The Iowa football roster has had it’s share of makeovers to get to this point in time. I’d like to think most of the changes are accounted for an everyone we expect to report to camp in August actually makes it there.
If history is any indicator, that’s unlikely, but I wouldn’t expect too much tumult between now and the start of camp.
Below, you will find a graphic that lays out Iowa’s expect 2012 roster by position as it relates to scholarship players.
I have taken the past five recruiting classes, as you will have players from five classes on campus at any point in time. The recently signed 2012 class is listed, as are the 2011, 2010, 2009 and 2008 classes. Just two players from that 2008 class will not be factored in due to either expired eligibility or choosing to leave early; Shaun Prater and Riley Reiff.
First the data and then the discussion. Email me at email@example.com if anything seems out of sorts and I will look into it. You can also access the data in at this link, which will let you see comments related to each one of the program’s defections from the last five recruiting classes.
(Quick Note: I moved players to their ‘at Iowa’ positions for those who enrolled and spent time in the program. For instance Scott Covert started at defensive line and moved to fullback before leaving Iowa; I put him in the running backs grouping as that is what he was at the time of his departure)
Over the past five recruiting classes, Iowa has signed 113 players. 29 of those players are no longer with the program for a number of reasons, including four players never making it to Iowa due to grades; Rodney Coe, Stephane Ngoumou, Khalif Statten and David Blackwell.
That’s an attrition rate of more than 1 in 4.
43 players signed with Iowa in their lightly regarded (by the recruiting services) 2008 & 2009 classes. Of those 43 players, just 25 will suit up for Iowa in 2012. Those are the 5th year senior and 4th year junior classes. Those are your upper classmen, players who typically are the leaders of your program. For Iowa, 42 percent of the players from those classes are no longer with the program. Of the 18 no longer around, 8 were on defense and 10 were on offense.
You hate to sit around on February 13th and realize your favorite football team has some pretty big challenge to overcome in its coming season, but that’s the reality for the 2012 Hawkeyes. Next year’s team will have some upper class leaders, but likely not enough of them. Some younger players will step into leadership roles and will see a lot of playing time, a fact that bodes well for 2013 & 2014, but the program is likely going to take a few more lumps next year before they start delivering those lumps 19 months from now.
Here is further evidence to support that assumption; Iowa will have 82 recruited athletes on their rosters in 2012, at least at this point in time. That’s 82 players who were awarded scholarships coming out of high school. This does not include walkons. Of those 82, 43 of them (or 52.4% of the scholarship roster) will be members of the most recent two recruiting classes. 42 of those 43 will be first or second year players, not counting Juco QB Cody Sokol in that mix as he will be a ‘third year in college’ player with three years to play two. Juco OL Eric Simmons will have four years to play three and the coming year will be his second year in college.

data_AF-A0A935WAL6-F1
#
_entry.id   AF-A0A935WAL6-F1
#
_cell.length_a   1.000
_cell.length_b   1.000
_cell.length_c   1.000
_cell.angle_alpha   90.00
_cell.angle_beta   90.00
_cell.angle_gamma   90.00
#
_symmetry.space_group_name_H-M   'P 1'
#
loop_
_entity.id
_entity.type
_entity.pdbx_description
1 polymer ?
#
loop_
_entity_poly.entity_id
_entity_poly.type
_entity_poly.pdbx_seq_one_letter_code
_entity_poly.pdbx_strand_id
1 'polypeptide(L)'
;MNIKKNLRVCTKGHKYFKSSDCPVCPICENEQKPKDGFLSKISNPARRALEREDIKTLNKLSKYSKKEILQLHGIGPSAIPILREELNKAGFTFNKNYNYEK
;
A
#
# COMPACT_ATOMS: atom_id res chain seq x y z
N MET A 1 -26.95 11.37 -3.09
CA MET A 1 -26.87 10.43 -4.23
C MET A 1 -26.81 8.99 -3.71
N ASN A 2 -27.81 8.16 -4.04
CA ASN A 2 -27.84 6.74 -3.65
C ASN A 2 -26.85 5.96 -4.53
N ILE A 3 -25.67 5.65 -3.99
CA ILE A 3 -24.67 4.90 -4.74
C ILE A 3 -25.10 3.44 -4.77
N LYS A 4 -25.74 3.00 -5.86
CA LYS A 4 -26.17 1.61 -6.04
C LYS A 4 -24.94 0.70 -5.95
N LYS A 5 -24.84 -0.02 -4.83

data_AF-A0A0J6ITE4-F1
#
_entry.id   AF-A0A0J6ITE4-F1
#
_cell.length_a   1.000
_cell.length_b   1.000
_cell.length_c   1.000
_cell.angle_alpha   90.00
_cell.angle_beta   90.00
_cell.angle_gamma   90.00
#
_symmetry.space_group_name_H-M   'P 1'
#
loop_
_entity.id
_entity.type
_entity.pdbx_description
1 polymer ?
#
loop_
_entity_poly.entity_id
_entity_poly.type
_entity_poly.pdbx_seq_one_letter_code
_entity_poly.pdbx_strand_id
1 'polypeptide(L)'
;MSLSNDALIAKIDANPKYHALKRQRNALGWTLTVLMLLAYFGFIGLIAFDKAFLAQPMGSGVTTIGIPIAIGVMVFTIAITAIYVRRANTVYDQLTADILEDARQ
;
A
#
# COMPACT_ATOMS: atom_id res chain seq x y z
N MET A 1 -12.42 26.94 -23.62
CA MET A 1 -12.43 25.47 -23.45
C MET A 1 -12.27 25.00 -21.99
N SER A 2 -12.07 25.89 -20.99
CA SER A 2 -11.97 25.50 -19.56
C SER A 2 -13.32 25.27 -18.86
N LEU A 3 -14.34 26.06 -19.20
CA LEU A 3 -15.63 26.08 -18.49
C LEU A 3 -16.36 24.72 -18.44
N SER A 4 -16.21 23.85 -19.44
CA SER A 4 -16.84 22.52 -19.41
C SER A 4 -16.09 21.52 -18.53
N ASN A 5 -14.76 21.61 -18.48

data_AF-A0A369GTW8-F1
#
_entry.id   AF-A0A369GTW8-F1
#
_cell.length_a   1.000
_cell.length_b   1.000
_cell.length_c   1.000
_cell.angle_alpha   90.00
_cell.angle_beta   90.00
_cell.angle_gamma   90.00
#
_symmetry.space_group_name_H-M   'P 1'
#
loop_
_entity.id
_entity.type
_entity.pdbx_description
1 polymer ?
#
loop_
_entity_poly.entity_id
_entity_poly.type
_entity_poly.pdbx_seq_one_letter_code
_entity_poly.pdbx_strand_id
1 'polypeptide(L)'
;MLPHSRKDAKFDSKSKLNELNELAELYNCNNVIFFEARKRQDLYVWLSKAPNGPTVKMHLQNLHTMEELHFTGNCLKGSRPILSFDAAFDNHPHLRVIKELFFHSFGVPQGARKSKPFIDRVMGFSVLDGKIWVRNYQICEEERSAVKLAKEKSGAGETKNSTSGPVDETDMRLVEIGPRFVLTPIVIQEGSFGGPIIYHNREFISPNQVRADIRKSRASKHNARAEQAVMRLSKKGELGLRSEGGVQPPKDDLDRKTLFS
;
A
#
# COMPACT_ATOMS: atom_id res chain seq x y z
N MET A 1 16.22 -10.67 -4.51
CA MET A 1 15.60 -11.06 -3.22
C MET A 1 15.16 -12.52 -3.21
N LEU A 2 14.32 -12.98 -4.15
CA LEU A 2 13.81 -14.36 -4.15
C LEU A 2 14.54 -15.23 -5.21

I don’t have comparative roster data to examine to see how this lines up with other programs, and most programs are likely heavy in the bottom two classes due to normal attrition factors, but this seems like a very high number that Iowa is carrying compared to the rest of their scholarship roster.
Eight of the 29 players who either didn’t make it into the program, transfered or were dismissed were running backs. Given that Iowa had 17 total scholarship backs (including fullbacks), that is an attrition rate of 47 percent.
The most ‘steady’ positions for Iowa, the positions that have seen the least amount of attrition, have been offensive line and linebacker. Each position has a total of 17 but just two not making it all the way.
This may be an unfair generalization, but I think it bodes well for the program going forward that the two coaches who have overseen those positions (Darrell Wilson with linebackers and Reese Morgan with the offensive line) are still with the program and have been reassigned to different position groups. Wilson is now the defensive backs coach and Morgan is the defensive line coach.
I do believe some of the defensive line attrition Iowa has seen in recent years is attributable to Rick Kascenski’s ‘in your face’ style. He left the Iowa program in December and is now with Nebraska.
I think it’s a little more challenging to apply the same line of thought to Iowa’s running back position, as the majority of the defections have either been borne out of off field decisions/disciplinary instances or depth chart considerations.
What does the data suggest to you? Does it adjust your thinking related to the 2012 season? What stands out? I’d like to hear your thoughts.